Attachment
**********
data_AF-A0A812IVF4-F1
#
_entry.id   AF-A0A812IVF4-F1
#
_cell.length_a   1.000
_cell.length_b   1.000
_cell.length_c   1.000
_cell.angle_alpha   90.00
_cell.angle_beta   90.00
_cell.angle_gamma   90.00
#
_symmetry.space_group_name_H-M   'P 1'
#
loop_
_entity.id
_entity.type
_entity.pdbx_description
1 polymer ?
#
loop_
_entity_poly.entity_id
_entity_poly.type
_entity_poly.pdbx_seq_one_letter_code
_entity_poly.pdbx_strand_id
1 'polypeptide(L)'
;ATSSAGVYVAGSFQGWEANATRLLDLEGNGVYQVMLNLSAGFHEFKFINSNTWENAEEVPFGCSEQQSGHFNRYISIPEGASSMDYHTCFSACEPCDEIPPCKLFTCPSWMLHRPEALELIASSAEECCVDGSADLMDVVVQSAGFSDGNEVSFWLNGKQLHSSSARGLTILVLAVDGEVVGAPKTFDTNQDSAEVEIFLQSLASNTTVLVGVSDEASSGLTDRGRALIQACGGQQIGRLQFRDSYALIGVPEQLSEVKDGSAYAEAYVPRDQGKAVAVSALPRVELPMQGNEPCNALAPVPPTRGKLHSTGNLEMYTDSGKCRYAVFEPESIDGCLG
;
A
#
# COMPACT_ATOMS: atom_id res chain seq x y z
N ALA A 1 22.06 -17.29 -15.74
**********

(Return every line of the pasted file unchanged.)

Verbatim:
data_AF-A0A812IVF4-F1
#
_entry.id   AF-A0A812IVF4-F1
#
_cell.length_a   1.000
_cell.length_b   1.000
_cell.length_c   1.000
_cell.angle_alpha   90.00
_cell.angle_beta   90.00
_cell.angle_gamma   90.00
#
_symmetry.space_group_name_H-M   'P 1'
#
loop_
_entity.id
_entity.type
_entity.pdbx_description
1 polymer ?
#
loop_
_entity_poly.entity_id
_entity_poly.type
_entity_poly.pdbx_seq_one_letter_code
_entity_poly.pdbx_strand_id
1 'polypeptide(L)'
;ATSSAGVYVAGSFQGWEANATRLLDLEGNGVYQVMLNLSAGFHEFKFINSNTWENAEEVPFGCSEQQSGHFNRYISIPEGASSMDYHTCFSACEPCDEIPPCKLFTCPSWMLHRPEALELIASSAEECCVDGSADLMDVVVQSAGFSDGNEVSFWLNGKQLHSSSARGLTILVLAVDGEVVGAPKTFDTNQDSAEVEIFLQSLASNTTVLVGVSDEASSGLTDRGRALIQACGGQQIGRLQFRDSYALIGVPEQLSEVKDGSAYAEAYVPRDQGKAVAVSALPRVELPMQGNEPCNALAPVPPTRGKLHSTGNLEMYTDSGKCRYAVFEPESIDGCLG
;
A
#
# COMPACT_ATOMS: atom_id res chain seq x y z
N ALA A 1 22.06 -17.29 -15.74